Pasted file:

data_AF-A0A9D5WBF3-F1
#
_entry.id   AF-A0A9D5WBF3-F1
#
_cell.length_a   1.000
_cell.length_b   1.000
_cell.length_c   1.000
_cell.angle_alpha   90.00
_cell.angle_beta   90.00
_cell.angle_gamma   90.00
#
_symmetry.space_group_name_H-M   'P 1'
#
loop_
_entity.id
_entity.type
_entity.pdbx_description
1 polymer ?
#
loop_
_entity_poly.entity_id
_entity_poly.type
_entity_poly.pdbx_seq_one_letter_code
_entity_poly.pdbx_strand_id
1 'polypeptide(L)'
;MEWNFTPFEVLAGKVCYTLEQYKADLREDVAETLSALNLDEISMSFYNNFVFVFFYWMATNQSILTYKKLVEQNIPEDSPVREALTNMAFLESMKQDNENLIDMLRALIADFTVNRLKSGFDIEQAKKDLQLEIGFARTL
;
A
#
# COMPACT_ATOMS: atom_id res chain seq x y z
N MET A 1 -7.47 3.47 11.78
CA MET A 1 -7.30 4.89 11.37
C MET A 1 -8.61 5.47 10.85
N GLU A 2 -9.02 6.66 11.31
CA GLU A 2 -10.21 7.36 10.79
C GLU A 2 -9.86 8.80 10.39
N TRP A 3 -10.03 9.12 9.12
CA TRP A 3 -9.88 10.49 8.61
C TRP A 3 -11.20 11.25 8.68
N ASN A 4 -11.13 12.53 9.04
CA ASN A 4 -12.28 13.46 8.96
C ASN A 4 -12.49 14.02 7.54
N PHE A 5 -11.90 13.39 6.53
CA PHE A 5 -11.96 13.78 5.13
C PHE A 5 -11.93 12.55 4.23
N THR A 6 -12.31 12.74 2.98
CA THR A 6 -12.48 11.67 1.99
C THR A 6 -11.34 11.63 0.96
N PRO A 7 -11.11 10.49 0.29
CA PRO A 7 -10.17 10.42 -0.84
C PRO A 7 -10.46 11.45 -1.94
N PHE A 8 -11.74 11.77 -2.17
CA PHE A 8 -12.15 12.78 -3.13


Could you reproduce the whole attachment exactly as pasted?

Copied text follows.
data_AF-A0A9D5WBF3-F1
#
_entry.id   AF-A0A9D5WBF3-F1
#
_cell.length_a   1.000
_cell.length_b   1.000
_cell.length_c   1.000
_cell.angle_alpha   90.00
_cell.angle_beta   90.00
_cell.angle_gamma   90.00
#
_symmetry.space_group_name_H-M   'P 1'
#
loop_
_entity.id
_entity.type
_entity.pdbx_description
1 polymer ?
#
loop_
_entity_poly.entity_id
_entity_poly.type
_entity_poly.pdbx_seq_one_letter_code
_entity_poly.pdbx_strand_id
1 'polypeptide(L)'
;MEWNFTPFEVLAGKVCYTLEQYKADLREDVAETLSALNLDEISMSFYNNFVFVFFYWMATNQSILTYKKLVEQNIPEDSPVREALTNMAFLESMKQDNENLIDMLRALIADFTVNRLKSGFDIEQAKKDLQLEIGFARTL
;
A
#
# COMPACT_ATOMS: atom_id res chain seq x y z
N MET A 1 -7.47 3.47 11.78
CA MET A 1 -7.30 4.89 11.37
C MET A 1 -8.61 5.47 10.85
N GLU A 2 -9.02 6.66 11.31
CA GLU A 2 -10.21 7.36 10.79
C GLU A 2 -9.86 8.80 10.39
N TRP A 3 -10.03 9.12 9.12
CA TRP A 3 -9.88 10.49 8.61
C TRP A 3 -11.20 11.25 8.68
N ASN A 4 -11.13 12.53 9.04
CA ASN A 4 -12.28 13.46 8.96
C ASN A 4 -12.49 14.02 7.54
N PHE A 5 -11.90 13.39 6.53
CA PHE A 5 -11.96 13.78 5.13
C PHE A 5 -11.93 12.55 4.23
N THR A 6 -12.31 12.74 2.98
CA THR A 6 -12.48 11.67 1.99
C THR A 6 -11.34 11.63 0.96
N PRO A 7 -11.11 10.49 0.29
CA PRO A 7 -10.17 10.42 -0.84
C PRO A 7 -10.46 11.45 -1.94
N PHE A 8 -11.74 11.77 -2.17
CA PHE A 8 -12.15 12.78 -3.13